Dental hygienists in BC, ON, NS and AB are able to open their own private clinics and practice without a dentist on staff.
Since 2006, New Zealand Dental Hygienists are trained exclusively at either University of Otago in Dunedin (at the country's only Dental School), or AUT University in Auckland. The qualification (Bachelor of Oral Health at Otago, Bachelor of Health Science in Oral Health at AUT) enables graduates to register and practise as both a Dental Hygienist and Dental Therapist.
Prior to this, Dental Hygienists were first domestically trained in 1974 for use in the New Zealand Defence Force. The one-year course was taught by the Royal New Zealand Dental Corp at the Burnham army base outside Christchurch. Hygiene training was briefly offered at the Wellington School for Dental Nurses in 1990 as 2 week a supplement to Dental Therapy students training. However, this was quickly discontinued.
The first independent non-military training began in 1994. Otago Polytechnic began offering a 15-month Certificate in Dental Hygiene in Dunedin. In 1998, the programme was modified to be a 2-year Diploma. Otago Polytech stopped offering the course in 2000. The following year, University of Otago began offering a 2-year Diploma in Dental Hygiene qualification. In 2002, the university added a 3-year Bachelor of Health Sciences (endorsed in Dental Hygiene) degree alongside the Diploma. This course was discontinued in 2007, when the current 3 year Bachelor of Oral Health commenced.
In order to practise, all Hygienists must annually register with the Dental Council. For the 2014-2015 cycle, the cost of this is $669.07. One Hygienist is represented on the Council for a three-year term.
Dental Hygienists can become members of the New Zealand Dental Hygienists' Association. The association was founded in 1993, and is affiliated with the International Federation of Dental Hygienists.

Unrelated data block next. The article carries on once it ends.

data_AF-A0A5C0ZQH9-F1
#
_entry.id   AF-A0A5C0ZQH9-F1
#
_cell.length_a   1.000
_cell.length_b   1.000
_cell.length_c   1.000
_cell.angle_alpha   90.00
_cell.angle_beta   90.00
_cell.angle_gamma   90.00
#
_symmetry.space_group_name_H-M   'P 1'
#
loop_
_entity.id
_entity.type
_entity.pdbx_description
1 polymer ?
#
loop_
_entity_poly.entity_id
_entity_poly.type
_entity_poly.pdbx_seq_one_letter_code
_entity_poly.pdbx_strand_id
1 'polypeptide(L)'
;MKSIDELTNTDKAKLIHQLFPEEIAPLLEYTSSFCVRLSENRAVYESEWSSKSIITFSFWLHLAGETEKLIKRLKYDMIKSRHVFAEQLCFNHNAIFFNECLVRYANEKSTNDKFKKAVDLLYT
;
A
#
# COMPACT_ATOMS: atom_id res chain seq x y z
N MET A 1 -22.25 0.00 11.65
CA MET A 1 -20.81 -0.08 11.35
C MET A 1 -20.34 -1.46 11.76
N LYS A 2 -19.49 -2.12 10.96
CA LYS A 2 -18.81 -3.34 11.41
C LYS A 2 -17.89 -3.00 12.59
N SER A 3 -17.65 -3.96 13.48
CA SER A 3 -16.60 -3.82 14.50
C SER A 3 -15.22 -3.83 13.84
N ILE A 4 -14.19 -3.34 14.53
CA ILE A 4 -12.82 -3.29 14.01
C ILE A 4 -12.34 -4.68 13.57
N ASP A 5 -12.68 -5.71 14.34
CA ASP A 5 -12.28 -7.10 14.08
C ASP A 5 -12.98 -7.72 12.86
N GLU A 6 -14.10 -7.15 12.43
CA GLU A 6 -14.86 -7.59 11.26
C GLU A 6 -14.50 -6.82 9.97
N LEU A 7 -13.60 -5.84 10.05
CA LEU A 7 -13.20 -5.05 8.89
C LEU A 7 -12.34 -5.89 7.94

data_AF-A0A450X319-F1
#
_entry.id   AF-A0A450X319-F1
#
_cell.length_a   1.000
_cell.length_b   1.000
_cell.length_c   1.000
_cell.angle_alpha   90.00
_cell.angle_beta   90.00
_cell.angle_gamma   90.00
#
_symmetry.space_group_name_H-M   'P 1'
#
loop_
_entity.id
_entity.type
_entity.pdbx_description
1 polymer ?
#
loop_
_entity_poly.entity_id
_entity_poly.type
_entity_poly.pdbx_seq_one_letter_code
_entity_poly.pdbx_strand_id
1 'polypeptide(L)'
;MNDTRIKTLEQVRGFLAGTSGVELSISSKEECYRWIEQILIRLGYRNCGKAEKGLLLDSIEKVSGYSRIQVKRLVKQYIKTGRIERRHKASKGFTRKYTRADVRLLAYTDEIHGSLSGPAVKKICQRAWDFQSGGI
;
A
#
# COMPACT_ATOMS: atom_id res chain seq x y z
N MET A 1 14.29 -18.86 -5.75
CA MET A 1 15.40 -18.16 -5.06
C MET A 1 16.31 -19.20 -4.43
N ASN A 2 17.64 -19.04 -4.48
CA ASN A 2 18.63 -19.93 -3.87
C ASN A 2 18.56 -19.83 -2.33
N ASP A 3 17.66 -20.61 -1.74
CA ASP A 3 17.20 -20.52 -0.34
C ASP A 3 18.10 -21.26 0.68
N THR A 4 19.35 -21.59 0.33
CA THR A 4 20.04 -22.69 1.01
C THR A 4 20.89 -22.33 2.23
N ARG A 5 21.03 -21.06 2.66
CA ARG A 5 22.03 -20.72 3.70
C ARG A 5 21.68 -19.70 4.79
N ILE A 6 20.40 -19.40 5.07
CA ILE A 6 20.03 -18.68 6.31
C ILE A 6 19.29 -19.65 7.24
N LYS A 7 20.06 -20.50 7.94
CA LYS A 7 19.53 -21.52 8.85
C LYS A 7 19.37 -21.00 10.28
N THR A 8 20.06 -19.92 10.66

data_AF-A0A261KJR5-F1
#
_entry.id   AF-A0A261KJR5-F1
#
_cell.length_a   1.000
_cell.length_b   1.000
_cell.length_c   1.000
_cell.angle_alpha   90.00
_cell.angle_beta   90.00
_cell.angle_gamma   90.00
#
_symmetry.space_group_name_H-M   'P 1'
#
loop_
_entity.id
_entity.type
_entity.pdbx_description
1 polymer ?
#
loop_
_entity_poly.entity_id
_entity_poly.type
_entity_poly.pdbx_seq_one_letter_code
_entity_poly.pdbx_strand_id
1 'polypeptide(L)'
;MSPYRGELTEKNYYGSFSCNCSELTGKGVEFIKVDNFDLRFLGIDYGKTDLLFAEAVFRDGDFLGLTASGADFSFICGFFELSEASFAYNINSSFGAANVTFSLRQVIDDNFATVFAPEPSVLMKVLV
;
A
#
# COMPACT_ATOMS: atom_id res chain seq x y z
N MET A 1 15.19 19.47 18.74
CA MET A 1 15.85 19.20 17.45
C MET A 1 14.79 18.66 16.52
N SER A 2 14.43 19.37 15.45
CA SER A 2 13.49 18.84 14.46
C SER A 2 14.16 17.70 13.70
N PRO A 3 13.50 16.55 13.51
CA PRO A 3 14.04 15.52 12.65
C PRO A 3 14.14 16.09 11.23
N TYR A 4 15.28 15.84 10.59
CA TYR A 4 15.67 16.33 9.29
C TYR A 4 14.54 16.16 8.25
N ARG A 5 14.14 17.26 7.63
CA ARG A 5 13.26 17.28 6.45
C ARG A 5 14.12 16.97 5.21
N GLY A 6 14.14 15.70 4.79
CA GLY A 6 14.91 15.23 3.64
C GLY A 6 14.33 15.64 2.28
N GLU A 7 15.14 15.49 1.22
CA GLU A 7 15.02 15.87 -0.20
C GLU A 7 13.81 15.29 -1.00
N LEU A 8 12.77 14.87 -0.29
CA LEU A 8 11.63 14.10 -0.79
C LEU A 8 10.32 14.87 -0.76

Dental hygienists in the United States must be graduates from a dental hygiene program, with either an associate degree (most common), a certificate, a bachelor's degree or a master's degree from a dental hygienist school that is accredited by the American Dental Association (ADA).
All dental hygienists in the United States must be licensed by the state in which they practice, after completing a minimum of two years of school and passing a written board as well as a clinical board exam. State requirements vary by state, and are controlled by state dental boards.
Dental hygienists school programs usually require both general education courses and courses specific to the field of dental hygiene. General education courses important to dental hygiene degrees include college level algebra, biology, and chemistry. Courses specific to dental hygiene may include anatomy, oral anatomy, materials science, pharmacology, radiography, periodontology, nutrition, and clinical skills.
A Bachelor's of Science in Dental Hygiene is typically a four-year program. Students entering a bachelor's degree program are required to have a high school diploma or equivalent, but many dental hygienists with an associate degree or certification enter the bachelor's degree programs to expand their clinical expertise and help advance their careers.
Graduate degrees in the field of dental hygiene are typically two-year programs and are completed after the bachelor's degree. Common graduate courses in dental hygiene include Healthcare Management, Lab Instruction, and Clinical Instruction.